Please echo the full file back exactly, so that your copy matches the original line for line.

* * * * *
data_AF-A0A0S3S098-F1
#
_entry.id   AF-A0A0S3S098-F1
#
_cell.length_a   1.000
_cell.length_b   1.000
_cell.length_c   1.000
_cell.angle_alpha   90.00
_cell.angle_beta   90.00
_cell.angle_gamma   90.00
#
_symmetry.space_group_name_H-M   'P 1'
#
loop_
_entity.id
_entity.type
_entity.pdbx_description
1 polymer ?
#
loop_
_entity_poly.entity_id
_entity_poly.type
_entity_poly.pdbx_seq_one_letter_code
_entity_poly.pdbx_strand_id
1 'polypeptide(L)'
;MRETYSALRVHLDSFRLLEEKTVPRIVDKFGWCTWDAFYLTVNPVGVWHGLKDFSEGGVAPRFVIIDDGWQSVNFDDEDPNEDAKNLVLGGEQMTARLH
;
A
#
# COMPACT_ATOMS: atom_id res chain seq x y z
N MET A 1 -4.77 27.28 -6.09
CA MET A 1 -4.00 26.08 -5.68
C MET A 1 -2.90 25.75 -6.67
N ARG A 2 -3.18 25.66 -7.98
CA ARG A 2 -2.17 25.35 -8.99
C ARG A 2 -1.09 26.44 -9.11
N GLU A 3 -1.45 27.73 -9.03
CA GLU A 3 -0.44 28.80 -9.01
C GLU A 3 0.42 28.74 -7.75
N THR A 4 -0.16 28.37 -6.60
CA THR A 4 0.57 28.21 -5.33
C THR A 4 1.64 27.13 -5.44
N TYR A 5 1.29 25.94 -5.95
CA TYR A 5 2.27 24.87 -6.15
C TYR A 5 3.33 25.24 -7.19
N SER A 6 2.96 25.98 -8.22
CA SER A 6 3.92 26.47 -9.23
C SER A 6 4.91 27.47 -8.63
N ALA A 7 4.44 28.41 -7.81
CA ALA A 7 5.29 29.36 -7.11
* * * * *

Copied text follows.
data_AF-A0A0S3S098-F1
#
_entry.id   AF-A0A0S3S098-F1
#
_cell.length_a   1.000
_cell.length_b   1.000
_cell.length_c   1.000
_cell.angle_alpha   90.00
_cell.angle_beta   90.00
_cell.angle_gamma   90.00
#
_symmetry.space_group_name_H-M   'P 1'
#
loop_
_entity.id
_entity.type
_entity.pdbx_description
1 polymer ?
#
loop_
_entity_poly.entity_id
_entity_poly.type
_entity_poly.pdbx_seq_one_letter_code
_entity_poly.pdbx_strand_id
1 'polypeptide(L)'
;MRETYSALRVHLDSFRLLEEKTVPRIVDKFGWCTWDAFYLTVNPVGVWHGLKDFSEGGVAPRFVIIDDGWQSVNFDDEDPNEDAKNLVLGGEQMTARLH
;
A
#
# COMPACT_ATOMS: atom_id res chain seq x y z
N MET A 1 -4.77 27.28 -6.09
CA MET A 1 -4.00 26.08 -5.68
C MET A 1 -2.90 25.75 -6.67
N ARG A 2 -3.18 25.66 -7.98
CA ARG A 2 -2.17 25.35 -8.99
C ARG A 2 -1.09 26.44 -9.11
N GLU A 3 -1.45 27.73 -9.03
CA GLU A 3 -0.44 28.80 -9.01
C GLU A 3 0.42 28.74 -7.75
N THR A 4 -0.16 28.37 -6.60
CA THR A 4 0.57 28.21 -5.33
C THR A 4 1.64 27.13 -5.44
N TYR A 5 1.29 25.94 -5.95
CA TYR A 5 2.27 24.87 -6.15
C TYR A 5 3.33 25.24 -7.19
N SER A 6 2.96 25.98 -8.22
CA SER A 6 3.92 26.47 -9.23
C SER A 6 4.91 27.47 -8.63
N ALA A 7 4.44 28.41 -7.81
CA ALA A 7 5.29 29.36 -7.11